The first race started at 2:15 in almost a dead calm, and it was thought by those in charge that, with no wind, the race might prove hopeless. The starting signal was fired and the loudspeaker unit, in use at an Orkney regatta for the first time, was used to recall three dinghies which had been over the line too soon. All three made re-starts. After ten minutes, however, a good breeze sprang up, and a most exciting rave over two rounds of the course ensued. It was exhilarating for crews and spectators alike to see so many boats competing against one another.
Very little progress was made but it was seen that Imp, Shangani and DX were lying well together in the weatherleist position. Shortly before 2:45 when the next class was due to start, these boats were scudding around behind the line with a good breeze. But still the dinghies lay becalmed. Then Bonito, which had been about last, having been carried well to the lee of the dinghy fleet by tide, was seen flying along like a steamer. She had got a wind of her own and from almost the opposite direction. She was now in the weather position and almost first, still the remainder lay practically motionless. The Ira started up her engine and steamed away.
The rest, one by one very soon followed her, as the wind came up with them. Can you imagine the feeling of those in Imp, Shangani and DX lying motionless in what was now the lee-most position, waiting for the wind and with the remainder of the class away on their horses. These three eventually got away and it was now seen that Sunshine, Saga and Orcadian were in the lead, to be followed by Ira, DX (which sailed through the fleet), Zephyr (Snipe) and Hazel. Sally and Shangani were working their way up but were still well behind. A luffing match took place between Elisabeth and Sally. While this was in progress, Shangani passed Elisabeth on her lee side and then Sally managed to slide past on the other.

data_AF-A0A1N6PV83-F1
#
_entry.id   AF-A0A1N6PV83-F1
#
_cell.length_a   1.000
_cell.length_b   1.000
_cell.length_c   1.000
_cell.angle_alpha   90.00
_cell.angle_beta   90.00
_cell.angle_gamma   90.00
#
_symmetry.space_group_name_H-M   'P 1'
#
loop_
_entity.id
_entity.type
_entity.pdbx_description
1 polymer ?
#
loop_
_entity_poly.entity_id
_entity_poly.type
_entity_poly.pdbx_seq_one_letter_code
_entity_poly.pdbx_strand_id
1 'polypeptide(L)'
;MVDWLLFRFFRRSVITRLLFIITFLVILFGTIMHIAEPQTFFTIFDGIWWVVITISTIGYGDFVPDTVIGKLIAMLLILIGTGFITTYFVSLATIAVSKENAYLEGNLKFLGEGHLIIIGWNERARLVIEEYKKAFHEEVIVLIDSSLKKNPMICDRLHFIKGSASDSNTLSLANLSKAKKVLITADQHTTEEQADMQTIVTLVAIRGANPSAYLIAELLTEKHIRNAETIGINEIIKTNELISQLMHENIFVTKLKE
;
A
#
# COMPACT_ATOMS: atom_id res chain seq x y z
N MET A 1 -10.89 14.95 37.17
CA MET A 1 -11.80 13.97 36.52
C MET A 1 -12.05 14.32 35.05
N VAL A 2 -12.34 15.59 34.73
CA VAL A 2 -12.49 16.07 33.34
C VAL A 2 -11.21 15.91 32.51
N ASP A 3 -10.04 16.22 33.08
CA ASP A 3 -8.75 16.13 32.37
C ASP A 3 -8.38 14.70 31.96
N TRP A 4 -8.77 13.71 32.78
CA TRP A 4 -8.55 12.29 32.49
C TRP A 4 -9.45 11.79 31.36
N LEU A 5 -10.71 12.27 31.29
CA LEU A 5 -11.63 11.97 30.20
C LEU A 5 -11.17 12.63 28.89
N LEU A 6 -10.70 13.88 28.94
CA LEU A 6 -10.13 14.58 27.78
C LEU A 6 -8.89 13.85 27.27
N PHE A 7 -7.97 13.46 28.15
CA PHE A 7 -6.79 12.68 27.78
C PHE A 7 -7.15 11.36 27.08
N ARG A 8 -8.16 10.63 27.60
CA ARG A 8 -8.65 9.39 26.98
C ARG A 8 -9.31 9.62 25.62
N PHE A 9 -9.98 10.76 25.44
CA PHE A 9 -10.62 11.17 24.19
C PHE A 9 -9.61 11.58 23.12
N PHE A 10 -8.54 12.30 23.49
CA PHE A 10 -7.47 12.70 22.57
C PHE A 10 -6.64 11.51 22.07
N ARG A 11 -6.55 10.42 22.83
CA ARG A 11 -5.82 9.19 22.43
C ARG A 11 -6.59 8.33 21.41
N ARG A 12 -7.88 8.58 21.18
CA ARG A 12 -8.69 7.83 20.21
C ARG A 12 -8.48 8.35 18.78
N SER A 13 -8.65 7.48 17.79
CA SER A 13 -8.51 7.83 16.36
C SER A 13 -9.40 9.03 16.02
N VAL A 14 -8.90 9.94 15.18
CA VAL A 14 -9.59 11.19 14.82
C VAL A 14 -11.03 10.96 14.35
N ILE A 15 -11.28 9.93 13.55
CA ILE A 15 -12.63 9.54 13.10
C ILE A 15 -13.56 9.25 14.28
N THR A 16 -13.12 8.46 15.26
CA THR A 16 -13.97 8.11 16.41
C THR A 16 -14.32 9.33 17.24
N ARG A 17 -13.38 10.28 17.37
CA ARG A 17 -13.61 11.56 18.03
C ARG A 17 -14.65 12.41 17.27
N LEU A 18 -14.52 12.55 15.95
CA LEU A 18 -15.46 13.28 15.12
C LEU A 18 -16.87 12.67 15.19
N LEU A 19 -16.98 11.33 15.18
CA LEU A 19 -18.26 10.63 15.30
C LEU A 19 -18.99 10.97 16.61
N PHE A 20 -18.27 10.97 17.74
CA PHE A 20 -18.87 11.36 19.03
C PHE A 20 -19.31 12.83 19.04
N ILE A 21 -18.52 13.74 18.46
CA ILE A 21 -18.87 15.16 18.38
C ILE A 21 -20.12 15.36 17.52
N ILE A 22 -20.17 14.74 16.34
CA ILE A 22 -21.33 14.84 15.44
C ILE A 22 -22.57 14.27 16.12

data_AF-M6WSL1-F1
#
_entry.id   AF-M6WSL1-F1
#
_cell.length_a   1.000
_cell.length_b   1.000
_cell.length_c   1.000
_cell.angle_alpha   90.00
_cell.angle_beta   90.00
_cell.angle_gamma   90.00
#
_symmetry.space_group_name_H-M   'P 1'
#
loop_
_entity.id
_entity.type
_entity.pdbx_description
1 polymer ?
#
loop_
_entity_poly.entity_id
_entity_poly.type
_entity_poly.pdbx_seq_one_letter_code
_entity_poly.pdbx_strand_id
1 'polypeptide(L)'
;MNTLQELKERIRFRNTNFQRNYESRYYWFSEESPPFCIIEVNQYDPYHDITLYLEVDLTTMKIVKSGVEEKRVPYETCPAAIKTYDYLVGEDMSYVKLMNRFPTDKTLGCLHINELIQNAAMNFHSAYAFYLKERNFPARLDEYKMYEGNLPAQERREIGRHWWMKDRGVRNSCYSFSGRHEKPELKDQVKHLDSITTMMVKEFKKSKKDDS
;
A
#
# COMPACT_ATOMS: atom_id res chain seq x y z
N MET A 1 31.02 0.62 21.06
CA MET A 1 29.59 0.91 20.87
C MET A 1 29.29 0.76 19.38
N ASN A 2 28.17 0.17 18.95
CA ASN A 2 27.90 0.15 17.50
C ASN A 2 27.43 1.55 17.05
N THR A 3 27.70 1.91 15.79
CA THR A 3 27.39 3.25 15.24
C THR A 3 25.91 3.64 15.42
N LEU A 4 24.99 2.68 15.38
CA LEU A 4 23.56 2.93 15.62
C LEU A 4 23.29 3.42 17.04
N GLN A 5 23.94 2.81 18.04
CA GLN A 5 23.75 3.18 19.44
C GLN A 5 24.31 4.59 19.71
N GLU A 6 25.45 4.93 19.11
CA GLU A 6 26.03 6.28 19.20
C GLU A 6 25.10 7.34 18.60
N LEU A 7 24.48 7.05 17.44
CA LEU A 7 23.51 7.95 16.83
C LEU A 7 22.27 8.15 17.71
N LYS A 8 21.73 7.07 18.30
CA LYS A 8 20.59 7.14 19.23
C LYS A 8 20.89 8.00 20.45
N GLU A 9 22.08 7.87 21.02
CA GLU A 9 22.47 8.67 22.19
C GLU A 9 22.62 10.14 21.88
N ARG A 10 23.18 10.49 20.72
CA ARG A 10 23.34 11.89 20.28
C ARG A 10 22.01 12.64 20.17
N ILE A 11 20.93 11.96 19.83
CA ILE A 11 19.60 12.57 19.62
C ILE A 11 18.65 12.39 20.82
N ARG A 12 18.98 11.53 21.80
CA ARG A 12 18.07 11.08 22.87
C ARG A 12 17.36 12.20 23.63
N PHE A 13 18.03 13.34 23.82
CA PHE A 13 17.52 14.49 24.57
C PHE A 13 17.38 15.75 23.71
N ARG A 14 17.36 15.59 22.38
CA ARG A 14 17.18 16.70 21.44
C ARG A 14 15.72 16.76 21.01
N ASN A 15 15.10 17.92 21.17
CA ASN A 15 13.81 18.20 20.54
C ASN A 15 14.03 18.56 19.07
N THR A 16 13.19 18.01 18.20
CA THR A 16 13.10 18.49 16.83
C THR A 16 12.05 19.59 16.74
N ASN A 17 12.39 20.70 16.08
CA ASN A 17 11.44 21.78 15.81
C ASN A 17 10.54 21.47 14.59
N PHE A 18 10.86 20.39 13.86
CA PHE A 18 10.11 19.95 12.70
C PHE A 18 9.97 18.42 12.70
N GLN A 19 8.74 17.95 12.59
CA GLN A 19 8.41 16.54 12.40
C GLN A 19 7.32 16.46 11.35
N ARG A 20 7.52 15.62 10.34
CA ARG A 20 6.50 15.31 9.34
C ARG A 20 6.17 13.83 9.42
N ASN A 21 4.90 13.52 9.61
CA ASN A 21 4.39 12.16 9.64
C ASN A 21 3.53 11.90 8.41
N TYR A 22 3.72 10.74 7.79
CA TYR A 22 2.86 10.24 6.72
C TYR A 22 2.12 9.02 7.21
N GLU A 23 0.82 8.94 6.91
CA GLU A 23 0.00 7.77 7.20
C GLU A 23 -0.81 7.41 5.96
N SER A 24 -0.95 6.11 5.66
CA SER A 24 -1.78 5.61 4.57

This race had started off as a one-lap affair but as the first boats were nearing the mark buoy the loud hailer was used to announce that another lap would be sailed, and everyone continued without any hitch. The National was soon in the lead, but the Orcadian, the Lyness Merlin, was first over the line to finish, closely followed by the National. On time limit, DX sailed brilliantly by John Laird, beat her handicap to win by 16 seconds on corrected time from the Sunshine (skipper Eoin Mackay). Only one minute nine seconds separated the first five boats, on corrected time. This is a fine tribute to the work of the handicappers, as the five boats were of widely different types, including a 12 ft National, a Merlin, a Snipe, a Stromness centreboard dinghy and a Kirkwall non-centreboard dinghy.
Holm Sailing Club Committee history
The original committee consisted mainly of the men from Rockworks, but since it closed down in 1954, all members have been local and all Commodores have been sailors.
Alfred Flett was Commodore of the club for a remarkable 15 years, and like most of the Commodores he served as Vice-Commodore before. Jack Foubister, Sinclair Muir and Fred Johnston have all served the role of Commodore on two occasions.
No club can function successfully without an efficient Secretary and the success of the Holm club has in no small measure been thanks to John Tait, Lower Breckquoy who held the post for just over thirty years. Another long server of the committee was the treasurer Eric McLennan who looked after the clubs finances for some 30 years.